After that I had to go to work.
The protest was largely ineffective. Most people couldn't hear what was going on, the signs were tiny and a lot of it was conducted in punjabi. This alienated a lot of the english-speaking australians on the scene, who angrily complained to police that they wanted to drive through.
It took me a bit of time and questioning before I found out that there were a number of indian students who had been robbed, gang bashed, stabbed and hosptialised in the last few weeks by racist gangs.
After I left, the protest continued overnight, and then erupted into violence in the morning, with police dispersing the crowd and detaining 18 people.
This quote from the ABC's 7.30 report
The Prime Minister Kevin Rudd was forced today to publicly reassure the Indian Government that Australia is not a racist country after a rally of 3,000 Indian students in Melbourne's CBD. The latest victim of the run of attacks is fighting for his life in a Melbourne hospital.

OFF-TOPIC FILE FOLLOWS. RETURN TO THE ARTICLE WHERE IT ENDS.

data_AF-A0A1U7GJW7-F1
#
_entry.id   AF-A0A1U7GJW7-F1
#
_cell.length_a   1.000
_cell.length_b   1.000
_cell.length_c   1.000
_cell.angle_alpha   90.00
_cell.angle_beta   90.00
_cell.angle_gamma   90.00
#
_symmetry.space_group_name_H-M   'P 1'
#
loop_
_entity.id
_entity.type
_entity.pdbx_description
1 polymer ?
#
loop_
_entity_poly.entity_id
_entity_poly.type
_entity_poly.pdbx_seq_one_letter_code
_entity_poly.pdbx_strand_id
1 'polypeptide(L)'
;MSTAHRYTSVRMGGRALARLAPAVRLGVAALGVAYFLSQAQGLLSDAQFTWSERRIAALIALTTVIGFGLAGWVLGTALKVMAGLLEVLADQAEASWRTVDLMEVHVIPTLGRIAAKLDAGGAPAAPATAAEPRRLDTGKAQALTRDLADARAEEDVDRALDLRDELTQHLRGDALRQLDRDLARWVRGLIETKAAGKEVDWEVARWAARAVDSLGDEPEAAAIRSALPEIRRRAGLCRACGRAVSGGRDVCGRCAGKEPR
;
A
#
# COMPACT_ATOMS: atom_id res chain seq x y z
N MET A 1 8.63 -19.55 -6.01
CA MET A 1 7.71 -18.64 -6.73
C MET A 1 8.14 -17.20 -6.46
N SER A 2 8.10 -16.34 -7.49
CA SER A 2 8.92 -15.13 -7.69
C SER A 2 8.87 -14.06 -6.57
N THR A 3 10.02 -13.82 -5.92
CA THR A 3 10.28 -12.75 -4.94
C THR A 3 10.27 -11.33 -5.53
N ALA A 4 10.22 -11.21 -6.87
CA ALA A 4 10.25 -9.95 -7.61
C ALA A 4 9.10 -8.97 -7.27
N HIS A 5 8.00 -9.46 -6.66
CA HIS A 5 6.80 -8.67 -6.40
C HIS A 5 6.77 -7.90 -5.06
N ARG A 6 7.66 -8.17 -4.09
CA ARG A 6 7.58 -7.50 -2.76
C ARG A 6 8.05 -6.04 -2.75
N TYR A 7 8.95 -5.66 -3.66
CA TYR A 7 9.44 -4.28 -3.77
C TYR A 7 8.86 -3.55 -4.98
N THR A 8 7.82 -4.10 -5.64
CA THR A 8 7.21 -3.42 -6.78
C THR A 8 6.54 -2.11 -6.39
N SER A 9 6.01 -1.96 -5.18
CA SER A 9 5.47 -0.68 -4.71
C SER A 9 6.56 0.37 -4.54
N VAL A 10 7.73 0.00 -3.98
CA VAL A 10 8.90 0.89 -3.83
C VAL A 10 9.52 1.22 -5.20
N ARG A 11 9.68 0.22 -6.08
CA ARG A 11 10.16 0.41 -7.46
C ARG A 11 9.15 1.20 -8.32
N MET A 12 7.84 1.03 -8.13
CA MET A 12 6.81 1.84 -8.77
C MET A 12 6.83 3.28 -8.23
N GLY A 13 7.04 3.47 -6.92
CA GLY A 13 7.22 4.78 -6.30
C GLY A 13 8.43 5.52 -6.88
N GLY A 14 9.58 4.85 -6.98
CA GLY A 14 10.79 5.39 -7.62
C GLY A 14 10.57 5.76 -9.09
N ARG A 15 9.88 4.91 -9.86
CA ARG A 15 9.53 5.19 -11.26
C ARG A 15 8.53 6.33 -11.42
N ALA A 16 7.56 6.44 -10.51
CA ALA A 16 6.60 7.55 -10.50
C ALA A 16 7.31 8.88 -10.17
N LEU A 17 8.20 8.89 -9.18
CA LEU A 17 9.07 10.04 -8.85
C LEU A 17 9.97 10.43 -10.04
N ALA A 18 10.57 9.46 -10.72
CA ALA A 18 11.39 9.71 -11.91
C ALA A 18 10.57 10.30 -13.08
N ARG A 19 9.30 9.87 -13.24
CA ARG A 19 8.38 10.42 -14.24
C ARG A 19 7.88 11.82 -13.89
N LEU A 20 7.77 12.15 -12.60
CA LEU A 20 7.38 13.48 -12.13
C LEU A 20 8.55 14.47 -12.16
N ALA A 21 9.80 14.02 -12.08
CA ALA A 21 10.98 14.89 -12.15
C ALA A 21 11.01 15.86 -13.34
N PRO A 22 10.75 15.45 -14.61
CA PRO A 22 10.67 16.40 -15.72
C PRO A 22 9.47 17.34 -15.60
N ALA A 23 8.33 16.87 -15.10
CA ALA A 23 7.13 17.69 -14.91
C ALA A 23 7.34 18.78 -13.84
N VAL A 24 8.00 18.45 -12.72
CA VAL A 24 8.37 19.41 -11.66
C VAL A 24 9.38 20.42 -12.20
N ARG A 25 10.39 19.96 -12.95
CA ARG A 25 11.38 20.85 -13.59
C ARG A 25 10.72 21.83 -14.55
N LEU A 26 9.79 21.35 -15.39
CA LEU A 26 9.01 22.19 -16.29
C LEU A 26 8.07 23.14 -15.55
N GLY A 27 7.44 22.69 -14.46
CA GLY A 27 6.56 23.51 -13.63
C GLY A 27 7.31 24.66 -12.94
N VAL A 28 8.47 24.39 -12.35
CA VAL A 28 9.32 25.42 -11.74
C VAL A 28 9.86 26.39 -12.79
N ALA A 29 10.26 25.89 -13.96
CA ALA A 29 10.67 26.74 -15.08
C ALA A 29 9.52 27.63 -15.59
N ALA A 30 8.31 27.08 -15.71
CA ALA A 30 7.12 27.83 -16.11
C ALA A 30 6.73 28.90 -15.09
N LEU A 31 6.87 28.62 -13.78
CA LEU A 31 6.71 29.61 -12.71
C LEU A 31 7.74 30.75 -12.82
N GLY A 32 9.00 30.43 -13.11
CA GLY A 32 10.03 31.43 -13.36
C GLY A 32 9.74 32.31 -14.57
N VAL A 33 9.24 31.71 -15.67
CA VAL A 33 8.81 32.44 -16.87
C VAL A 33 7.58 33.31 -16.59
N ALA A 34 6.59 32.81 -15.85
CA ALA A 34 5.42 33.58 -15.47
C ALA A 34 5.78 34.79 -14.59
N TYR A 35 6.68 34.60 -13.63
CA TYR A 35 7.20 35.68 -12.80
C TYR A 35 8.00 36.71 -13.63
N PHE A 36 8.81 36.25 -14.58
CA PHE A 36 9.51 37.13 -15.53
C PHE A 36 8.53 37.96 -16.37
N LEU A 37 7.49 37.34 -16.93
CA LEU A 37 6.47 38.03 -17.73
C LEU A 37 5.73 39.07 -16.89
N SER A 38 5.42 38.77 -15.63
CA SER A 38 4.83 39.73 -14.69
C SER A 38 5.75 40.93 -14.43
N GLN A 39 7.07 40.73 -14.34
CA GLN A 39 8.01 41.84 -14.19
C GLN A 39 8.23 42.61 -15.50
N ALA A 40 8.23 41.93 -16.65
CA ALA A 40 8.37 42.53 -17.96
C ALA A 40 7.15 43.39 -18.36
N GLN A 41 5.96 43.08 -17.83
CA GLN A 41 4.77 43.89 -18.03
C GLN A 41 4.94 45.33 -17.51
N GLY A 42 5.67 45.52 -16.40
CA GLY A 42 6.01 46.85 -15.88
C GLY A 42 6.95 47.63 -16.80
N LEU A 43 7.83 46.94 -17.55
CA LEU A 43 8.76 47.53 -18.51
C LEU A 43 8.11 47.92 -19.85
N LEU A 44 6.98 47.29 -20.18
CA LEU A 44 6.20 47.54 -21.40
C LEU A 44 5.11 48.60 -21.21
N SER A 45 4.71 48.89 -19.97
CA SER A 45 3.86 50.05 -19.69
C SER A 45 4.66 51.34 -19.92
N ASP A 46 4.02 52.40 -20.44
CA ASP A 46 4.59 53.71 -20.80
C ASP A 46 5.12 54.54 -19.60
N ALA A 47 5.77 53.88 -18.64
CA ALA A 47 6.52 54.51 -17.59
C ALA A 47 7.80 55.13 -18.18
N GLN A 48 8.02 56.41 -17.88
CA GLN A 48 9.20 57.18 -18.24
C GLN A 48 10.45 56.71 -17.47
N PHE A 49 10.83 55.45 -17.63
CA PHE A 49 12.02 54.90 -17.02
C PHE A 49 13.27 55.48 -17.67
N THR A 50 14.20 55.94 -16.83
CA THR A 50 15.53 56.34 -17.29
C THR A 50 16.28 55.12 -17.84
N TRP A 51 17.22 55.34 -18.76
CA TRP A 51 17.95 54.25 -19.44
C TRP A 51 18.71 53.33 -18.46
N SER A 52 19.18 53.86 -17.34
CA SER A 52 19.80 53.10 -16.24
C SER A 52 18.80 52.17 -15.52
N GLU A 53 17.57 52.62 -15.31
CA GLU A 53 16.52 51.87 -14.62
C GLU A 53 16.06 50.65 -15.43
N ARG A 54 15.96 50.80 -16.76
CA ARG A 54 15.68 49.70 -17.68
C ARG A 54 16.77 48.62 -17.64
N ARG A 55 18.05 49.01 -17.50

While police and Indian community leaders have appealed for calm, India's high commissioner says the students have been provoked out of desperation.
Heather Ewart reports from Melbourne.
HEATHER EWART, REPORTER: When hundreds of Indian students rallied in Melbourne's CBD yesterday, it was supposed to have been a peaceful protest. The aim was to highlight the latest attack on one of their own, an Indian student fighting for his life after being stabbed with a screwdriver by intruders at a birthday party in his own home a few weeks back.
SRINIVAS VEDANTAM, STUDENT: When they entered the party and they started abusing - using the racial abuses, like "You black Indians," like that stuff. So it ended up with a racial attack.
HEATHER EWART: Are you now frightened to go back to your house to live?
SRINIVAS VEDANTAM: Yeah. Like, this is because the next day itself, our house was totally robbed.
video of the bashings